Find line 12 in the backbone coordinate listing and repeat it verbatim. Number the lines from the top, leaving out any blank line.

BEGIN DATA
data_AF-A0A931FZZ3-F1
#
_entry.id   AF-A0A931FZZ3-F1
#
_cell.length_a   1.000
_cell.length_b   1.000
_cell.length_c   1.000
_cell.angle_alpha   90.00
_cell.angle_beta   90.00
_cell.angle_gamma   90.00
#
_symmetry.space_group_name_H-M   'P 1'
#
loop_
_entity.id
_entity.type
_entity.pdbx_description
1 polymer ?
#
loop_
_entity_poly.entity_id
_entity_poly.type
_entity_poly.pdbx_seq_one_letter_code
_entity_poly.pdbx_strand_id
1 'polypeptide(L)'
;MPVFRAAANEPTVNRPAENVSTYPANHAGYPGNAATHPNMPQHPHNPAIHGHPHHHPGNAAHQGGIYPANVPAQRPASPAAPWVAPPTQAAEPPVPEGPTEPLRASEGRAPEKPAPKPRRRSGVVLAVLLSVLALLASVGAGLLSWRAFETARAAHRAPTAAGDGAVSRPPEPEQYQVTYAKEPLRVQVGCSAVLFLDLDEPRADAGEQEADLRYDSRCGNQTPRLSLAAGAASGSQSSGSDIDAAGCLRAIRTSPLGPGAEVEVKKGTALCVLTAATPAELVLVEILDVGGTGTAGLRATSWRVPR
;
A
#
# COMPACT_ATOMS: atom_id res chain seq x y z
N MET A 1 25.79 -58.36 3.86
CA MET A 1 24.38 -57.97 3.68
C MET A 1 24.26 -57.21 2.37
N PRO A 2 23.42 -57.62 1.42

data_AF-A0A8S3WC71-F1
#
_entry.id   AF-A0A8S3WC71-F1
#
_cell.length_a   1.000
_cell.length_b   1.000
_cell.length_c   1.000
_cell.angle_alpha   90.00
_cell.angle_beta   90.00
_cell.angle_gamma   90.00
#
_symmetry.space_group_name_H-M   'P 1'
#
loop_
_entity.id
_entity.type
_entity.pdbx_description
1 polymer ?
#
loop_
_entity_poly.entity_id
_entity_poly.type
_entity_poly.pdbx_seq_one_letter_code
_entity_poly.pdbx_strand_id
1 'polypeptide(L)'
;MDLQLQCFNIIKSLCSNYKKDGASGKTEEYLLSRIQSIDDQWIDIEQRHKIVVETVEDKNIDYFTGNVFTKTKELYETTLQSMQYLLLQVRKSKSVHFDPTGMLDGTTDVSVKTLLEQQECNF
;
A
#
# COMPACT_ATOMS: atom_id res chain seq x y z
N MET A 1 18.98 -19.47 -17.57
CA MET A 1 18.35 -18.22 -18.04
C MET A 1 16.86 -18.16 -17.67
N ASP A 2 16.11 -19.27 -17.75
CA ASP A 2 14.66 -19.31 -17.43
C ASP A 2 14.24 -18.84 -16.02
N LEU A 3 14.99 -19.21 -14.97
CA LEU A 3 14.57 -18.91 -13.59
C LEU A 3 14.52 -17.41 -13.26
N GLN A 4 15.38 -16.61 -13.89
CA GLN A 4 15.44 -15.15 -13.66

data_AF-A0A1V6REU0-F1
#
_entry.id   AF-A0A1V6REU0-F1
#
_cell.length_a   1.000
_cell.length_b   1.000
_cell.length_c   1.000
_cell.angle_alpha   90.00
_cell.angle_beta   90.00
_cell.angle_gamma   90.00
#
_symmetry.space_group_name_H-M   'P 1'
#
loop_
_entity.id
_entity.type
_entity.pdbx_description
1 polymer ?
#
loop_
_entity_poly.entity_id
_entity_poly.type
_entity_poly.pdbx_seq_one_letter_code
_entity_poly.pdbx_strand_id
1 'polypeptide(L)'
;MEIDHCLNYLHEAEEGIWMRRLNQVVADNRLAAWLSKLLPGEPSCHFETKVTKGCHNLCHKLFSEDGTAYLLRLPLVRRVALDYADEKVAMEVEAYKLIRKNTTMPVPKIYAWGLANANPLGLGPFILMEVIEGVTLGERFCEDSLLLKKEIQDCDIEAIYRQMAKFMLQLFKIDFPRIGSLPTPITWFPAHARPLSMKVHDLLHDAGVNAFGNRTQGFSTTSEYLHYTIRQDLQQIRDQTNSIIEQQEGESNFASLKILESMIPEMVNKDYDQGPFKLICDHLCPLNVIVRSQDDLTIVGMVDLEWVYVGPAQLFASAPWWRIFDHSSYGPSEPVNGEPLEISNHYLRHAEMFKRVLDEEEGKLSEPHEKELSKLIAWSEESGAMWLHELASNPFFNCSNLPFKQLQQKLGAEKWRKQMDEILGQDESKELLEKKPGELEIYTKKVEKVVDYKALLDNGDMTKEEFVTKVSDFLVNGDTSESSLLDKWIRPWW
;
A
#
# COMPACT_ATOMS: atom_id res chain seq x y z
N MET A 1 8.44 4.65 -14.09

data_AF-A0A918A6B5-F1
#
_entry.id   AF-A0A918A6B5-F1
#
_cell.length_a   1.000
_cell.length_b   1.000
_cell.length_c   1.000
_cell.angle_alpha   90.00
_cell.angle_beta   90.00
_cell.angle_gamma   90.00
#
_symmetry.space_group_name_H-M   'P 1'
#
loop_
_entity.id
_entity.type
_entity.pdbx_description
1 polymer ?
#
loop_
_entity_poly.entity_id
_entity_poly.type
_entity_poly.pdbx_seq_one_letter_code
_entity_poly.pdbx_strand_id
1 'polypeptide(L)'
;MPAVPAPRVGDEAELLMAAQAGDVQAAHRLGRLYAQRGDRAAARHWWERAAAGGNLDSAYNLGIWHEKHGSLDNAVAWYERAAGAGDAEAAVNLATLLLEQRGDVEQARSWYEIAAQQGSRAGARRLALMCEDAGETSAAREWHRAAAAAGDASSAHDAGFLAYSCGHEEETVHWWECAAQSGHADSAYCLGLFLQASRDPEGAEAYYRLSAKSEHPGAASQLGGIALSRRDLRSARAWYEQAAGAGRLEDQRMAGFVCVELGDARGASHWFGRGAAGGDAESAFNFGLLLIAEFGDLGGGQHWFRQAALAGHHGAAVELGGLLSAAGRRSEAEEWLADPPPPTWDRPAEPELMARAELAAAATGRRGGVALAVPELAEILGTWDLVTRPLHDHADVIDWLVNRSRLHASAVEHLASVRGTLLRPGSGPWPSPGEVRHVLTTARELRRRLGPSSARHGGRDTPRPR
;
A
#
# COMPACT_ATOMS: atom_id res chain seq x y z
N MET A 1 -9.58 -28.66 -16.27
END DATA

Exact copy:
_symmetry.space_group_name_H-M   'P 1'